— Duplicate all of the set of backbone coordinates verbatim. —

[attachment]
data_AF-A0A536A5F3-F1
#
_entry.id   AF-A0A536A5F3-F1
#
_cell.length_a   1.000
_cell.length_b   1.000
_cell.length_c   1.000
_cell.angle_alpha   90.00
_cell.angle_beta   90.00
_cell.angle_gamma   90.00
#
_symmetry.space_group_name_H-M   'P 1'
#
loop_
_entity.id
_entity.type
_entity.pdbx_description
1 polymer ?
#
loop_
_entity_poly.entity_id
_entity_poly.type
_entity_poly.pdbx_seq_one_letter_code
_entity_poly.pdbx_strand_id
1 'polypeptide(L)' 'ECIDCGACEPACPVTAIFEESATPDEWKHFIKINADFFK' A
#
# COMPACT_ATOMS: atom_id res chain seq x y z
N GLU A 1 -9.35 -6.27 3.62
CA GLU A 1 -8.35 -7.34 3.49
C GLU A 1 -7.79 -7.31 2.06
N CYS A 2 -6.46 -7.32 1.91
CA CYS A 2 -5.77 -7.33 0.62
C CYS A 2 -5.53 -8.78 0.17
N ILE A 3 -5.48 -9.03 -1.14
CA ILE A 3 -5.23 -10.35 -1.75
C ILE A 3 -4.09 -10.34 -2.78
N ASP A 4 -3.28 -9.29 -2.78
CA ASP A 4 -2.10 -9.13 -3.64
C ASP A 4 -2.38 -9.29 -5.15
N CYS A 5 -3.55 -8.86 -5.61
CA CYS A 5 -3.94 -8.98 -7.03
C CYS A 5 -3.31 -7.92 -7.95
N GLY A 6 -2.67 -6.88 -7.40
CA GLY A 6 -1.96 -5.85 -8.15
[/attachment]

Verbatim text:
data_AF-A0A536A5F3-F1
#
_entry.id   AF-A0A536A5F3-F1
#
_cell.length_a   1.000
_cell.length_b   1.000
_cell.length_c   1.000
_cell.angle_alpha   90.00
_cell.angle_beta   90.00
_cell.angle_gamma   90.00
#
_symmetry.space_group_name_H-M   'P 1'
#
loop_
_entity.id
_entity.type
_entity.pdbx_description
1 polymer ?
#
loop_
_entity_poly.entity_id
_entity_poly.type
_entity_poly.pdbx_seq_one_letter_code
_entity_poly.pdbx_strand_id
1 'polypeptide(L)' 'ECIDCGACEPACPVTAIFEESATPDEWKHFIKINADFFK' A
#
# COMPACT_ATOMS: atom_id res chain seq x y z
N GLU A 1 -9.35 -6.27 3.62
CA GLU A 1 -8.35 -7.34 3.49
C GLU A 1 -7.79 -7.31 2.06
N CYS A 2 -6.46 -7.32 1.91
CA CYS A 2 -5.77 -7.33 0.62
C CYS A 2 -5.53 -8.78 0.17
N ILE A 3 -5.48 -9.03 -1.14
CA ILE A 3 -5.23 -10.35 -1.75
C ILE A 3 -4.09 -10.34 -2.78
N ASP A 4 -3.28 -9.29 -2.78
CA ASP A 4 -2.10 -9.13 -3.64
C ASP A 4 -2.38 -9.29 -5.15
N CYS A 5 -3.55 -8.86 -5.61
CA CYS A 5 -3.94 -8.98 -7.03
C CYS A 5 -3.31 -7.92 -7.95
N GLY A 6 -2.67 -6.88 -7.40
CA GLY A 6 -1.96 -5.85 -8.15